The creditor is permitted to ask detailed and extensive questions about the debtor’s financial affairs. For example, the creditor can ask about assets in which the debtor has any legal or equitable interest, including assets owned jointly with a spouse, family members, or business associates. Questions can be about the sale or transfer of assets. The debtor must answer questions under oath and penalty of perjury. The creditor can seek discovery directly from third parties such as an examination under oath of the debtor’s spouse.
Request for Documents
The debtor must furnish to the creditor all documents the creditor requests related to his financial affairs. Florida debt collection laws allow creditors to request copies of bank statements, check registers, cancelled checks, credit card statements, insurance policies, and tax forms. A creditor’s requests can include current documents and documents up to at least four years old and beyond.
The debtor is required to supply the documents requested which are in the debtor’s custody or control. The debtor does not have to provide documents that the debtor does not have or cannot easily obtain.
Debtor’s Financial Statement
When an individual borrows money to start a business, or personally guarantees a commercial loan to an existing business, the bank requires the individual to submit personal financial information and personal tax returns. In addition, lenders typically require individual borrowers or guarantors to periodically update their financial statements during the life of the loan and submit copies of annual tax returns. If a borrower wants to modify a loan to avoid default, the negotiation usually involves additional voluntary financial disclosures.
A lender will use your loan application and updated financial statements to discover assets if you default on the loan. After obtaining a judgment, the lender can garnish any bank accounts listed on your loan application and your financial statement updates without notice. The lender will record the judgment in counties where the debtor’s financial statements listed real estate ownership.
Cooperation Among Creditors
Collection agents who work for institutional lenders and large collection agencies develop personal contacts working in banks and other financial institutions. The creditor’s personal contacts are an excellent source of financial information about judgment debtors. Any contact person with access to a company’s computer records can quickly tell a collection agent whether the debtor has a financial account at its institution. The judgment creditor can then serve a writ of garnishment on any institution which reports an account of significant balance without notice to the judgment debtor.
Private investigators may perform asset searches as a service to judgment creditors. Some firms specialize in searching for bank accounts while other firms provide broader searches. Access to information over the internet has made asset searches easier and more accurate. Searches of debtors’ bank accounts will produce for the creditor a detailed description of the debtor’s financial accounts including account number, balance, and a history of deposits, checks written, and cash withdrawals. Search companies can also access similar information about securities accounts.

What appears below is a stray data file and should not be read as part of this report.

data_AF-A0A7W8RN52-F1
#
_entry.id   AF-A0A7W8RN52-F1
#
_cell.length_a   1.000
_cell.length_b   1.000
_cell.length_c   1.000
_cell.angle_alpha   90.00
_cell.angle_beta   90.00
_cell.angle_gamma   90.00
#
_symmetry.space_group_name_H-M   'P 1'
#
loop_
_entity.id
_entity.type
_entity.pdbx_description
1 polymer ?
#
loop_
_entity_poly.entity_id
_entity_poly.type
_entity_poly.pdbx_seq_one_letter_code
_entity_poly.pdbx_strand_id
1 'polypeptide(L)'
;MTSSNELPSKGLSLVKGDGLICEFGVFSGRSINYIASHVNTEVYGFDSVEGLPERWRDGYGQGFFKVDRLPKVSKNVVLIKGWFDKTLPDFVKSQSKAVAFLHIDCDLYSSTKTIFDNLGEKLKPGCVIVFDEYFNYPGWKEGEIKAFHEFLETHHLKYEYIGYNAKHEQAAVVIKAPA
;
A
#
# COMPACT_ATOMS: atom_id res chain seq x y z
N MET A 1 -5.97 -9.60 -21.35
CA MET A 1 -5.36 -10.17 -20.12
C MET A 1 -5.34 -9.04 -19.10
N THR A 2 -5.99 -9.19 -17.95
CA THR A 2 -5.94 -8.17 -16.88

Private investigators have at their disposal sophisticated methods. For example, a private investigator can access your phone records. The investigator use reverse lookup tools to see whether the toll free calls are with financial institutions where you may have assets. Some creditors employ private investigators to verify if a debtor resides at the property the debtor claims as his exempt homestead.
Real Estate Ownership
Real estate deeds are filed in the county where the real estate is situated. Each Florida county maintains its own index of real estate ownership. In the past, if a person wanted to know whether a debtor owned real estate in a county, he would have to go to the county recorder of deeds and physically search through paper and microfiche records. Looking for real estate ownership in Florida’s 67 counties was practically impossible because creditors had to know in what counties a debtor might own real property before undertaking a manual search at the recorder of deeds office.
Nowadays, Florida counties have digitized their legal records so that property ownership is available by online search. Online property records are centrally linked to state and national databases. Instead of guessing where a debtor might own property, for a small fee a creditor can search real estate records throughout the state with a single query. Computer searches quickly provide the debtor’s property ownership and other information such as date of purchase, mortgages, and property value. The same property search can identify whether the debtor holds any mortgages on someone else’s real estate to secure a promissory note. If a creditor finds that a debtor is a mortgagee, the judgment creditor can proceed to garnish the underlying note and payment stream.
Florida debt collection laws also allow creditors to use public records to discover your business interests. Florida public records do not include or reveal a debtor’s ownership interest in any particular entity, but they do disclose if the debtor is an officer or director of a corporation, manager of a limited liability company, or a registered agent. Most owners list themselves in at least one of those capacities when they file annual reports with the Division of Corporations. Once a creditor searches the Division’s website and discovers a debtor is involved in the management of a business in some capacity, the creditor will proceed to focus on the debtor’s ownership interests. Ownership is usually revealed through the debtor’s tax returns or through the use of other discovery tools.
Technology and Social Media